be sufficiently masked by this technique and may cause resolution be sufficiently masked by this technique and may cause resolution
problem for resolvers not aware of the experiment. For instance, problem for resolvers not aware of the experiment. For instance,
the resolver may look at the not validatable response and the resolver may look at the not validatable response and
conclude that the response is bogus, either due to local policy conclude that the response is bogus, either due to local policy
or implementation details. This is not expected to be the common or implementation details. This is not expected to be the common
case, however. case, however.
2. It will, in general, not be possible for DNSSEC-aware resolvers
2. In general, it will not be possible for DNSSEC-aware resolvers
not aware of the experiment to build a chain of trust through an not aware of the experiment to build a chain of trust through an
experimental zone. experimental zone.
7. Transitions 7. Transitions
If an experiment is successful, there may be a desire to move the If an experiment is successful, there may be a desire to move the
experiment to a standards-track extension. One way to do so would be experiment to a standards-track extension. One way to do so would be
to move from private algorithm numbers to IANA allocated algorithm to move from private algorithm numbers to IANA allocated algorithm
numbers, with otherwise the same meaning. This would still leave a numbers, with otherwise the same meaning. This would still leave a
divide between resolvers that understood the extension versus divide between resolvers that understood the extension versus
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IANA may need to allocate new DNSSEC algorithm numbers if that IANA may need to allocate new DNSSEC algorithm numbers if that
transition approach is taken, or the experiment decides to use transition approach is taken, or the experiment decides to use
allocated numbers to begin with. No IANA action is required to allocated numbers to begin with. No IANA action is required to
deploy an experiment using private algorithm identifiers. deploy an experiment using private algorithm identifiers.
10. References 10. References
10.1 Normative References 10.1 Normative References
[1] Arends, R., Austein, R., Massey, D., Larson, M. and S. Rose, [1] Arends, R., Austein, R., Larson, M., Massey, D., and S. Rose,
"DNS Security Introduction and Requirements", "DNS Security Introduction and Requirements", RFC 4033,
draft-ietf-dnsext-dnssec-intro-13 (work in progress), October March 2005.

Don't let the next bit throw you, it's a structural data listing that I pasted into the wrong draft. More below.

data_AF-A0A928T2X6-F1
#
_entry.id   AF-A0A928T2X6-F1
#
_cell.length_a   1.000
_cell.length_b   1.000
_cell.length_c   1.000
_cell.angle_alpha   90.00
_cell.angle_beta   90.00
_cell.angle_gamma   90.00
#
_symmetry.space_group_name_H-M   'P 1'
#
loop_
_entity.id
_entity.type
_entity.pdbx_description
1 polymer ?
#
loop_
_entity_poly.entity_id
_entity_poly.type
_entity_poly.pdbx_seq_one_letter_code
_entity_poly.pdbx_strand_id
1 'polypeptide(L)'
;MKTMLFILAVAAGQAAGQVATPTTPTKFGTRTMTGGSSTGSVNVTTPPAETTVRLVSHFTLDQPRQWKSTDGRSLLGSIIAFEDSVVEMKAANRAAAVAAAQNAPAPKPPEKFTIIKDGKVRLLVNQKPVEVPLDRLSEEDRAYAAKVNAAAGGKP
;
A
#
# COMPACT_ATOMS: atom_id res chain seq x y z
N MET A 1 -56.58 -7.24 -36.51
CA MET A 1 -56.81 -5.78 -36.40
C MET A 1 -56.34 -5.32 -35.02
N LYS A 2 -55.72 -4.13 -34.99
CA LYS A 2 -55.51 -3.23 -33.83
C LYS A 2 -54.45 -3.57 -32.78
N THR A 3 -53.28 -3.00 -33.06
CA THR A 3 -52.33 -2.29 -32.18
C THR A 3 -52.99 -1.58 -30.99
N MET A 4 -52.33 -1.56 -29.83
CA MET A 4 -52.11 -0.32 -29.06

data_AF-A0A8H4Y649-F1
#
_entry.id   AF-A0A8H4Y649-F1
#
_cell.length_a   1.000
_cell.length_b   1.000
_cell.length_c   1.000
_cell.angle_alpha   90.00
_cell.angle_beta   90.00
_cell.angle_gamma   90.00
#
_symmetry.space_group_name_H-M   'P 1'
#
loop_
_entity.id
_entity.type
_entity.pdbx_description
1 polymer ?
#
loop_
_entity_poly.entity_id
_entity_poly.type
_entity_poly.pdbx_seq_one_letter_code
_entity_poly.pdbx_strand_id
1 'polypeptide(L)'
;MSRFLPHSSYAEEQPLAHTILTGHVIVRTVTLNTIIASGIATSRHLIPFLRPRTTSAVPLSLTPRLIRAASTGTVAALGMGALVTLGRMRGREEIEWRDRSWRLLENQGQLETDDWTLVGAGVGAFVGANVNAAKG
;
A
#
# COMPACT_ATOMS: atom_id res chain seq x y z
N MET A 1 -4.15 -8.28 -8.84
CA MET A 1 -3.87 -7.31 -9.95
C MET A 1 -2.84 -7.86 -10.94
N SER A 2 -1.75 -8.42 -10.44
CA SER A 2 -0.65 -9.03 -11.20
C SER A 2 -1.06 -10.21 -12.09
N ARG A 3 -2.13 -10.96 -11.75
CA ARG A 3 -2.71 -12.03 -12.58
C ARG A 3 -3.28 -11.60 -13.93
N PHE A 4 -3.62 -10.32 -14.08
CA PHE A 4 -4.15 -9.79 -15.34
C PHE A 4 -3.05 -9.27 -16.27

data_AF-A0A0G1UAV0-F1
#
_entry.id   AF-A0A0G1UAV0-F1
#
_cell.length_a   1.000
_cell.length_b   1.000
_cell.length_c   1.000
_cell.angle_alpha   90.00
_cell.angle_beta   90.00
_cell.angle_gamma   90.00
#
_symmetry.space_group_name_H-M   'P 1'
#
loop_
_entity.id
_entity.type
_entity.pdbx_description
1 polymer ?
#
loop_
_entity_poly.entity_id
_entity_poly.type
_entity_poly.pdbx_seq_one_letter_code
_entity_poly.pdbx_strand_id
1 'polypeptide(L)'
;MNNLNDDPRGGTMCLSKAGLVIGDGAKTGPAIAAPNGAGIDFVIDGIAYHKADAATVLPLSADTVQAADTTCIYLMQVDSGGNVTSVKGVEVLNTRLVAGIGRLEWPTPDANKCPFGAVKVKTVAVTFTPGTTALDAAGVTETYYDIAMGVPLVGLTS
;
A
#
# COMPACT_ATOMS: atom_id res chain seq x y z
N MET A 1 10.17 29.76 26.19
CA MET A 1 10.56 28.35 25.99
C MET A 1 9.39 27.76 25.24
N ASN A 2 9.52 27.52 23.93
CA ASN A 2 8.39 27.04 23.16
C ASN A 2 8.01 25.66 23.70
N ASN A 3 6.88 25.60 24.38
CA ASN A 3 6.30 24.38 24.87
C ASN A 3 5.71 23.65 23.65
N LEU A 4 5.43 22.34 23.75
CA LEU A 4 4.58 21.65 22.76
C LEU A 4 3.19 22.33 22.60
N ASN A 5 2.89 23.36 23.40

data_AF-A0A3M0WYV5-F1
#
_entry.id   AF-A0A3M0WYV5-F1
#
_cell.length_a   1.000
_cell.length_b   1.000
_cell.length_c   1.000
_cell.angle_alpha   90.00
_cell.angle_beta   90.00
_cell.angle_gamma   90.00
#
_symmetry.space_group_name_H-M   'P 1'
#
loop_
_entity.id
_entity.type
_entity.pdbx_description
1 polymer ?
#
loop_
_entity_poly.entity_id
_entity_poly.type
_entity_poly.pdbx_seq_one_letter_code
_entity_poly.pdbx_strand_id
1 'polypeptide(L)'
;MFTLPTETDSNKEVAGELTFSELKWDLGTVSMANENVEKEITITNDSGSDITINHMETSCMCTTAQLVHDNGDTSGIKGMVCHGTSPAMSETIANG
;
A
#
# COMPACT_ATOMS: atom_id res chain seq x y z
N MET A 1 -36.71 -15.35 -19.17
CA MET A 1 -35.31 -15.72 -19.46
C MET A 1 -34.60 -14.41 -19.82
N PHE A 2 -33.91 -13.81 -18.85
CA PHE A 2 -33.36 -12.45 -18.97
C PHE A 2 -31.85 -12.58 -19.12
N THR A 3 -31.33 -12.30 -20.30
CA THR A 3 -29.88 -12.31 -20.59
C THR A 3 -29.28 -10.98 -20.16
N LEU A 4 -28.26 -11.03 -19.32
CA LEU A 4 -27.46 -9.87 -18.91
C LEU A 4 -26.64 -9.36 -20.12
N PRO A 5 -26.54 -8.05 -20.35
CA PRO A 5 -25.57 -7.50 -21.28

2004.
[2] Arends, R., "Resource Records for the DNS Security Extensions", [2] Arends, R., Austein, R., Larson, M., Massey, D., and S. Rose,
draft-ietf-dnsext-dnssec-records-11 (work in progress), October "Resource Records for the DNS Security Extensions", RFC 4034,
2004. March 2005.
[3] Arends, R., "Protocol Modifications for the DNS Security [3] Arends, R., Austein, R., Larson, M., Massey, D., and S. Rose,
Extensions", draft-ietf-dnsext-dnssec-protocol-09 (work in "Protocol Modifications for the DNS Security Extensions",
progress), October 2004. RFC 4035, March 2005.
10.2 Informative References 10.2 Informative References
[4] Mockapetris, P., "Domain names - implementation and [4] Mockapetris, P., "Domain names - implementation and
specification", STD 13, RFC 1035, November 1987. specification", STD 13, RFC 1035, November 1987.
[5] Bradner, S., "Key words for use in RFCs to Indicate Requirement [5] Bradner, S., "Key words for use in RFCs to Indicate Requirement
Levels", BCP 14, RFC 2119, March 1997. Levels", BCP 14, RFC 2119, March 1997.
Editorial Comments [6] Weiler, S., "Clarifications and Implementation Notes for
DNSSECbis", draft-weiler-dnsext-dnssec-bis-updates-00 (work in
[Comment.1] Note: how private algorithms work in DNSSEC is not well progress), March 2005.
explained in the DNSSECbis RFCs. In particular, how to
validate that the DS records contain only unknown
algorithms is not explained at all.
Author's Address Author's Address
David Blacka David Blacka
Verisign, Inc. Verisign, Inc.
21355 Ridgetop Circle 21355 Ridgetop Circle
Dulles, VA 20166 Dulles, VA 20166
US US
Phone: +1 703 948 3200 Phone: +1 703 948 3200
EMail: davidb@verisign.com Email: davidb@verisign.com
URI: http://www.verisignlabs.com URI: http://www.verisignlabs.com
Intellectual Property Statement Intellectual Property Statement
The IETF takes no position regarding the validity or scope of any The IETF takes no position regarding the validity or scope of any
Intellectual Property Rights or other rights that might be claimed to Intellectual Property Rights or other rights that might be claimed to
pertain to the implementation or use of the technology described in pertain to the implementation or use of the technology described in
this document or the extent to which any license under such rights this document or the extent to which any license under such rights
might or might not be available; nor does it represent that it has might or might not be available; nor does it represent that it has
made any independent effort to identify any such rights. Information made any independent effort to identify any such rights. Information